Musical Musings… Save Me, Glory Days

My original post title went through a few quick revisions.  This one almost made the cut (but was cut for being questionable):

Glory Trains

Anymaxweinberg, here we meet again.  It’s another liberal borrowing claim, this time against Pat Monahan and his cronies.

Tell me what you think about the opening of Train’s latest (probable) hit, Save Me, San Francisco:

It sounds like the softer guitar version of the opening to Bruce Springsteen’s Glory Days (starts at 38 second mark):

Okay, so maybe the first two noted are transcribed, or one guitar strum is skipped, but bounce back and forth between the songs.  Ignore the drum beats and listen to the guitar.

I’m calling it.  Are you?


Speaking of the glory days saving me, why don’t they use effects like the ones in these old songs anymore?

  • The opening chimes from Hall & Oates’ I Can’t Go For That:
  • The drumbeat breakdown in New Edition’s If It Isn’t Love (starts at 2:49 minute mark):

Awesome Battle… M.C. Esher And Zach Braff Vs. Dream House!

Being a man of few words (especially when I’m behind on posts), I’m going to let these two posters go toe-to-toe with the works they were liberally borrowed from inspired by.

  • Dream House

Analysis: cool perspective illusion, not your typical "floating head" poster

  • M.C. Esher

Analysis: cool perspective illusion, not your typical "stairs that go to nowhere" drawing

  • Dream House

Analysis: strange, unsettling effect, terrible dresses & wallpaper

  • Zach Braff

Analysis: strange, unsettling effect, terrible wallpaper... nice shirt

Musical Musings… Theory Of A Social Deadman Distortion

Here’s a definition for ya folks:

lib•er•al bor•row•ing /ˈlib(ə)rəl ˈbärō-iNG/
1. The act by which an “artist” uses another artist’s work as a part of their own (usually musicians)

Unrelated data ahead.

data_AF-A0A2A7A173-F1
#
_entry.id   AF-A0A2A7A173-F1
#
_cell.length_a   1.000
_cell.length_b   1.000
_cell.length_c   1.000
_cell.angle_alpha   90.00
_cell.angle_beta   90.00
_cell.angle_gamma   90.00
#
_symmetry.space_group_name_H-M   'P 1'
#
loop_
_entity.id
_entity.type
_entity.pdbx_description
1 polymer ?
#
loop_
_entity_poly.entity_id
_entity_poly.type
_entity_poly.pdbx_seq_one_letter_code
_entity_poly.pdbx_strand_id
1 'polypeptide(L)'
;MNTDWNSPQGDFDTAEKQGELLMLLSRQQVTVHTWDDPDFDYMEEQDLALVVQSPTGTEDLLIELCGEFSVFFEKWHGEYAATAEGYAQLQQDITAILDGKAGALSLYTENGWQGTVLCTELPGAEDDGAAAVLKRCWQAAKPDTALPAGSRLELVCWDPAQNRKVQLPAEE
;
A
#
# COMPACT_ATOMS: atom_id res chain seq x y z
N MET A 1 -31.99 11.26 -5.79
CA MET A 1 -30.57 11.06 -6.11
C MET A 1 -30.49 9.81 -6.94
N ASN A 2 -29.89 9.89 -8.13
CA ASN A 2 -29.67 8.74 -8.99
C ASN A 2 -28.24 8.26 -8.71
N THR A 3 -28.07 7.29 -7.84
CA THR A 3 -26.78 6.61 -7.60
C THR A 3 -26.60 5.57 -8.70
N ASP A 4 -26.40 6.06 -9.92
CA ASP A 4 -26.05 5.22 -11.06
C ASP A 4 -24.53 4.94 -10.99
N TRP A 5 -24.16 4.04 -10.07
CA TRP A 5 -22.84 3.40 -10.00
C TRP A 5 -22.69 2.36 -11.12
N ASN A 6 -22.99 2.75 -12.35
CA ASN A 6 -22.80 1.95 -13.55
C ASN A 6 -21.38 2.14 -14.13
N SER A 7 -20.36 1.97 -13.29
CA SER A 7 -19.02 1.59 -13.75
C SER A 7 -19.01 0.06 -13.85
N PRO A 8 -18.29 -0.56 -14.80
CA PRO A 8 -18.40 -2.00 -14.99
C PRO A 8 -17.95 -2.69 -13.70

2. Stealing

I’ve written about this subject for more than several occasions, and it still intrigues me how often it occurs.  What’s great about this latest discovery is it might restore some of my street cred, since usually the findings are about Katy Perry, Pink, or Avril Lavigne.

Is it just me, or does Theory of a Deadman’s Lowlife sound a shit-ton like Social Distortion’s Ball and Chain (at least it’s verses)?  Is it an homage?  Do they claim it’s a sequel?  Or is it liberal borrowing in full effect?

Drunken Recollection… Alcohol + Confusion = Alconfusion

It seems like a lot of Drunken Recollections are about mix-ups, so why not create a term for it:


This post is about a pair of moments of alconfusion… one on my behalf, one on behalf of another.

  • My Alconfusion

While in Kentucky for the derby, I was at the bar and somebody was talking about Rachel Nichols and her possible hook-ups with most of the NFL or NBA or whatever… that’s neither here nor there.  They were talking about the sportscaster from ESPN:

Rachel Nichols, daughter of director Mike Nichols and her mother

I thought they were talking about this Rachel Nichols:

Except she's not normally green...

Hopefully this will help:

Yo Joe, indeed.

So my alconfusion was me thinking they were speaking ill of actress Rachel Nichols when they weren’t.  They were just speaking ill of the sportscaster I don’t find attractive know.

  • Another’s Alconfusion

I was going to write about Lupe Fiasco’s The Show Goes On a while back because it liberally borrows from Modest Mouse’s Float On, but the song’s creators acknowledged that at the time of release, so I didn’t.  But I get to write about it today.